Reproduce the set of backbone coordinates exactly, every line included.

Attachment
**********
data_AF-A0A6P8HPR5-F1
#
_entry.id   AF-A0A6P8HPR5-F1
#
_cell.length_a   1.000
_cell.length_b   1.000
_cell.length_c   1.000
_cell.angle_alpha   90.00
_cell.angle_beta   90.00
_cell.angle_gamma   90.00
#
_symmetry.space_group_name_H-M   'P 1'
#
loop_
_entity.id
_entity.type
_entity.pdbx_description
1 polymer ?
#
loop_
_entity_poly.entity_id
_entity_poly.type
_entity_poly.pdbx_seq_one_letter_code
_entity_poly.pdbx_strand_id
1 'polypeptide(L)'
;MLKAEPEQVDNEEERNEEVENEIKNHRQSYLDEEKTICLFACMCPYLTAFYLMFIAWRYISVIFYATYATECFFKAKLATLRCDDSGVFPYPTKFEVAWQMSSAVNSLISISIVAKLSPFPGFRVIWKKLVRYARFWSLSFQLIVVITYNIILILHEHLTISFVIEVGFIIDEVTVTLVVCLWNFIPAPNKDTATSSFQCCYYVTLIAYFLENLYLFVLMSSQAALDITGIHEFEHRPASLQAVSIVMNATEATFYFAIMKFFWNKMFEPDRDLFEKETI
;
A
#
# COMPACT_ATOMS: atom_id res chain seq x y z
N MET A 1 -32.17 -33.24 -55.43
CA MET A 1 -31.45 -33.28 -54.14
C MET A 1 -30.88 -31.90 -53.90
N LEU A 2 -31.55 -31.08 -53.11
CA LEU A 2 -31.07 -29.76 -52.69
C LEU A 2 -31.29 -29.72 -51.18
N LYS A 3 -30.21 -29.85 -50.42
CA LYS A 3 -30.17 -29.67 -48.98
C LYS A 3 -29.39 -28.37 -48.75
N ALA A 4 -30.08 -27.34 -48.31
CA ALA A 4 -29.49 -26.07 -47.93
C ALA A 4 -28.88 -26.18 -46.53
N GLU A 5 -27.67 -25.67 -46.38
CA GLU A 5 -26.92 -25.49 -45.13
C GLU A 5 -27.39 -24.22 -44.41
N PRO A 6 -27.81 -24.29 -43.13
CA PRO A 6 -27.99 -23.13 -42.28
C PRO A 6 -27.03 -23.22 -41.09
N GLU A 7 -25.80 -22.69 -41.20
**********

data_AF-A0A6P8HPR5-F1
#
_entry.id   AF-A0A6P8HPR5-F1
#
_cell.length_a   1.000
_cell.length_b   1.000
_cell.length_c   1.000
_cell.angle_alpha   90.00
_cell.angle_beta   90.00
_cell.angle_gamma   90.00
#
_symmetry.space_group_name_H-M   'P 1'
#
loop_
_entity.id
_entity.type
_entity.pdbx_description
1 polymer ?
#
loop_
_entity_poly.entity_id
_entity_poly.type
_entity_poly.pdbx_seq_one_letter_code
_entity_poly.pdbx_strand_id
1 'polypeptide(L)'
;MLKAEPEQVDNEEERNEEVENEIKNHRQSYLDEEKTICLFACMCPYLTAFYLMFIAWRYISVIFYATYATECFFKAKLATLRCDDSGVFPYPTKFEVAWQMSSAVNSLISISIVAKLSPFPGFRVIWKKLVRYARFWSLSFQLIVVITYNIILILHEHLTISFVIEVGFIIDEVTVTLVVCLWNFIPAPNKDTATSSFQCCYYVTLIAYFLENLYLFVLMSSQAALDITGIHEFEHRPASLQAVSIVMNATEATFYFAIMKFFWNKMFEPDRDLFEKETI
;
A
#
# COMPACT_ATOMS: atom_id res chain seq x y z
N MET A 1 -32.17 -33.24 -55.43
CA MET A 1 -31.45 -33.28 -54.14
C MET A 1 -30.88 -31.90 -53.90
N LEU A 2 -31.55 -31.08 -53.11
CA LEU A 2 -31.07 -29.76 -52.69
C LEU A 2 -31.29 -29.72 -51.18
N LYS A 3 -30.21 -29.85 -50.42
CA LYS A 3 -30.17 -29.67 -48.98
C LYS A 3 -29.39 -28.37 -48.75
N ALA A 4 -30.08 -27.34 -48.31
CA ALA A 4 -29.49 -26.07 -47.93
C ALA A 4 -28.88 -26.18 -46.53
N GLU A 5 -27.67 -25.67 -46.38
CA GLU A 5 -26.92 -25.49 -45.13
C GLU A 5 -27.39 -24.22 -44.41
N PRO A 6 -27.81 -24.29 -43.13
CA PRO A 6 -27.99 -23.13 -42.28
C PRO A 6 -27.03 -23.22 -41.09
N GLU A 7 -25.80 -22.69 -41.20